See also: llRezAtRoot and ExperimentllRezObject

This article wasn't helpful for you? Maybe the related article at the LSL Portal is able to bring enlightenment.

Functions | Inventory | object_rez
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Comments [Hide comments/form]
llRezObject("something", llGetPos() + <0, 0, 2>, ZERO_VECTOR, ZERO_ROTATION, 42);

42? This is rezzing something related to the meaning of life the universe and everything?
-- SuezanneCBaskerville (2005-05-02 22:35:51)
"The maximum distance an object can be created at is 10 metres in any direction."

Measured from where? It doesn't seem to be the position of the root object. Might be the geometric center of the linkset?
-- SeifertSurface (2005-08-07 15:48:38)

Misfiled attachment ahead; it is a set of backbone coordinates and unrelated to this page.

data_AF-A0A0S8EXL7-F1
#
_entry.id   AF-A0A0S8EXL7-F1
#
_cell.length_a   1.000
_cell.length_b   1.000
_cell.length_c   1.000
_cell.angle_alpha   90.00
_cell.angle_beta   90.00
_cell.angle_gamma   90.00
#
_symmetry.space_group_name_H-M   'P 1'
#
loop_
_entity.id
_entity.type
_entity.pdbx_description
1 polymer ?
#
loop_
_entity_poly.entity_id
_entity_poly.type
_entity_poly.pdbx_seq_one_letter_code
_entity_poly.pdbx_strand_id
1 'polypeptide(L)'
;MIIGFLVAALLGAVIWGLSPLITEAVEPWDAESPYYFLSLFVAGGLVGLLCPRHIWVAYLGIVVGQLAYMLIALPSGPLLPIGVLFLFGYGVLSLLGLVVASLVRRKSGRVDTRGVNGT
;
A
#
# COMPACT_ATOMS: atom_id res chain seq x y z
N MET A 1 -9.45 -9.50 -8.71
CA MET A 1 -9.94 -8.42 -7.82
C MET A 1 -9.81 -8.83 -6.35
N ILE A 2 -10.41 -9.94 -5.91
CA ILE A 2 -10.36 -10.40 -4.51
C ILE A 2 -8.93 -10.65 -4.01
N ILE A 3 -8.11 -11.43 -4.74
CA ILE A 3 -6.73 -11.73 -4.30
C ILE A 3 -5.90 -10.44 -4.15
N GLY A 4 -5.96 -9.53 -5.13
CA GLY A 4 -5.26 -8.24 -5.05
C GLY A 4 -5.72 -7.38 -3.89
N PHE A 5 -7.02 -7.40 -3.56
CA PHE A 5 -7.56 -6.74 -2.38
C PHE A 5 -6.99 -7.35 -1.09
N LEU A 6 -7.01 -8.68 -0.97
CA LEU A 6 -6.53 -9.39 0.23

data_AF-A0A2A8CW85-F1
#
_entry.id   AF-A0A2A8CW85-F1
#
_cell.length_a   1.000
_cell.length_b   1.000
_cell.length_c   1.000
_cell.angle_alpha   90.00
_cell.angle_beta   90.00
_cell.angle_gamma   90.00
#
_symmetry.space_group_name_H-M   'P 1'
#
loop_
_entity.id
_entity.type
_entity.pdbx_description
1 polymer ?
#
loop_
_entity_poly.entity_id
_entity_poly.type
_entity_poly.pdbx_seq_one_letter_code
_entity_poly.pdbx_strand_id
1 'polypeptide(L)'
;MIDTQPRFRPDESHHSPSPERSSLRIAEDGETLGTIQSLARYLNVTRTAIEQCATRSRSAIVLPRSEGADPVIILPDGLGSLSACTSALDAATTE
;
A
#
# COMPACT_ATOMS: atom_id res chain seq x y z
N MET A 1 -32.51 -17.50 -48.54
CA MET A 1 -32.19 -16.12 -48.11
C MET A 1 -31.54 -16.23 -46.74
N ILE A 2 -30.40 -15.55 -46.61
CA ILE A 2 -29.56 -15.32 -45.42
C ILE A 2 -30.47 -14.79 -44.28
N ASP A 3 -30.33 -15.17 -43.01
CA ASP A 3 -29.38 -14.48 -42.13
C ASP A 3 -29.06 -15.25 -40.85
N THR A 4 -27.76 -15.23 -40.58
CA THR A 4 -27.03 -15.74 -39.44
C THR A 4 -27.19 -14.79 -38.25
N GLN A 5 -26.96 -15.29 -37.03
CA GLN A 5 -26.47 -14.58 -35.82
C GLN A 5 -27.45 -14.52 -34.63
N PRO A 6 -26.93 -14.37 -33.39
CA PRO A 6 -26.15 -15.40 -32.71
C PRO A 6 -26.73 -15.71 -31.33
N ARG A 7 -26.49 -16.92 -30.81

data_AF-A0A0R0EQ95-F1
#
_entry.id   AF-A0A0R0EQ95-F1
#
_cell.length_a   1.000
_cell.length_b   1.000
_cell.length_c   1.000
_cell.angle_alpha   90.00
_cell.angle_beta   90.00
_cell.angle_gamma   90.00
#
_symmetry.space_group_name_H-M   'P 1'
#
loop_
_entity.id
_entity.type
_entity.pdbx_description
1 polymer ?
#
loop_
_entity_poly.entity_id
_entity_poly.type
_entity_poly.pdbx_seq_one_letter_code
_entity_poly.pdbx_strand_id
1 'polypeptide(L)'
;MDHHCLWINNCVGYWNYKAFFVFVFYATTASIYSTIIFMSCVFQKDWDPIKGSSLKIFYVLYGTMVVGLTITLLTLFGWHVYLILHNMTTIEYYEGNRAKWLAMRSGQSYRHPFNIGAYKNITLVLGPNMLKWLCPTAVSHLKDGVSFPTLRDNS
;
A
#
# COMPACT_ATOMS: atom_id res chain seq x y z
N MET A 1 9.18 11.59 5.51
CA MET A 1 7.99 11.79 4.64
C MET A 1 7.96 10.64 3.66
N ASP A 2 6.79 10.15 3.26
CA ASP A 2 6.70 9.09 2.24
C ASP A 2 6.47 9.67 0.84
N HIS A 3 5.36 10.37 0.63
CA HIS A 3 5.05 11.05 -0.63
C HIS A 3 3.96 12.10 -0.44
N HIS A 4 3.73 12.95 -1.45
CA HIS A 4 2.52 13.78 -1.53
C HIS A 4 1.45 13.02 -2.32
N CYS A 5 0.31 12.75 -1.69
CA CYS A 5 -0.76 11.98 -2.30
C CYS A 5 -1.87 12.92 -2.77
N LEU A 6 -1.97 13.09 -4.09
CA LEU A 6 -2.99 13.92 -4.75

Nope, not that either. (In a very unscientific test) I can rez an object at 11.3 meters from the root position, and 10.3 meters from the geometric center... but not at 12.2 (from root) or 11.2 (from geometric center). *shrug*
-- SeifertSurface (2005-08-07 15:57:25)
I noticed a particular peculiarity with llRezObject: I think the size and mass of a prim has something to do with the speed at which it's rezzed. I was builiding a gun and I had detected a noticable change in the rate of fire anytime I altered the bullet size. With an initial mass of 0.01kgs, the gun was a bullet hose, but when I changed the prim arrangement to a larger root prim, the mass was 2kg and I had a slow and sometimes unsteady rate of fire. When I cut down the prim and shrunk it, I noticed it got faster.